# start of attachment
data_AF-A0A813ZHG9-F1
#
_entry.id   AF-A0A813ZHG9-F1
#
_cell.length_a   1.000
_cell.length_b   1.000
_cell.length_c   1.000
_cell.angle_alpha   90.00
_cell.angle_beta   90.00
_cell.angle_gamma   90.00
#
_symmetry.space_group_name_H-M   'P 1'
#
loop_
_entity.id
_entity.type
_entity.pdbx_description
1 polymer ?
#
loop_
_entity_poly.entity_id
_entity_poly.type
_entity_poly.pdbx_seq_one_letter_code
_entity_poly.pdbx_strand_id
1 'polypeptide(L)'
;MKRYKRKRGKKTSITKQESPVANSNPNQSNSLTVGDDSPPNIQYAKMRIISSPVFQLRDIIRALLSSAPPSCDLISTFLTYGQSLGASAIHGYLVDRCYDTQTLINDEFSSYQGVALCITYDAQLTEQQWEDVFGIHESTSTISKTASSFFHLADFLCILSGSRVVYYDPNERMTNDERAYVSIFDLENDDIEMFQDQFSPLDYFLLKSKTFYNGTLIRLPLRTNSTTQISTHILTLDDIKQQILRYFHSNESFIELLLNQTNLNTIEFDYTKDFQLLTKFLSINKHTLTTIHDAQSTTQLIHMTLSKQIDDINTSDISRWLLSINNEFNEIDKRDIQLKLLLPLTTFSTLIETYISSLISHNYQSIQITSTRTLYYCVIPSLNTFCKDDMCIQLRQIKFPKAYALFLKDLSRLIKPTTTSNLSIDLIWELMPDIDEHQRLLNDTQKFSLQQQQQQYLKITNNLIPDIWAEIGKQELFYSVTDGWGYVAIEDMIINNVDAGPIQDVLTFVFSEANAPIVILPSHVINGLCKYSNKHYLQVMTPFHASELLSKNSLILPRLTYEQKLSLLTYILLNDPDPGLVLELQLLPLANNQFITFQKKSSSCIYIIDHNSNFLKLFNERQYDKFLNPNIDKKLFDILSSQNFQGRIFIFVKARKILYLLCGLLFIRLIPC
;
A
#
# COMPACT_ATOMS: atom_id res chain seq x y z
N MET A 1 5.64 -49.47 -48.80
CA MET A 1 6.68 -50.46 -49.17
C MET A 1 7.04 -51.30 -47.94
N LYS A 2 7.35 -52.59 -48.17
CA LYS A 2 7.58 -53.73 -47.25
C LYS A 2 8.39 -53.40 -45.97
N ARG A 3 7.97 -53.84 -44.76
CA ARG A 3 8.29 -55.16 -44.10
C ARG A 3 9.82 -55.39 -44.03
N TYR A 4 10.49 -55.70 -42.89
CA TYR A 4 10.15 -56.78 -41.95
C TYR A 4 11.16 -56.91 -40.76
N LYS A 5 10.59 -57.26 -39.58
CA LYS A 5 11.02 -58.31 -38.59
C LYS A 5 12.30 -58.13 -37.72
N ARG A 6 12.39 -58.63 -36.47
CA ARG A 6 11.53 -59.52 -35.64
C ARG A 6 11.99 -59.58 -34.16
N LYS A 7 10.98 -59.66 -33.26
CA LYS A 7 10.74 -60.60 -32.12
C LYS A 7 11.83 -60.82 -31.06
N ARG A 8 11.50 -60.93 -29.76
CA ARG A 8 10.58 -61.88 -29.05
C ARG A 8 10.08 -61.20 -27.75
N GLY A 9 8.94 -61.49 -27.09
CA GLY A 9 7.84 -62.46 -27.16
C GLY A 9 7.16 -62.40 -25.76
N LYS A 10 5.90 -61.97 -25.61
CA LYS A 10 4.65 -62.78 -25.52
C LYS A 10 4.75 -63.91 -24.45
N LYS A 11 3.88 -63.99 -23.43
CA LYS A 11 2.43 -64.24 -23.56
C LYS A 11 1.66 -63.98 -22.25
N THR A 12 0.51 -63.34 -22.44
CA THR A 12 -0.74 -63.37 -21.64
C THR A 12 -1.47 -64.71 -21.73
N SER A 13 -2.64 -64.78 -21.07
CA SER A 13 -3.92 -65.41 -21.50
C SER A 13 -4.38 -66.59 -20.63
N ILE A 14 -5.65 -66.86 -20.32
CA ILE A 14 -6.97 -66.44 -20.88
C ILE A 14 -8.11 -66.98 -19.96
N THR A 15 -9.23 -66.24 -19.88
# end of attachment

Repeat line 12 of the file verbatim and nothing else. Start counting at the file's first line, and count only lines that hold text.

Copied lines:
_symmetry.space_group_name_H-M   'P 1'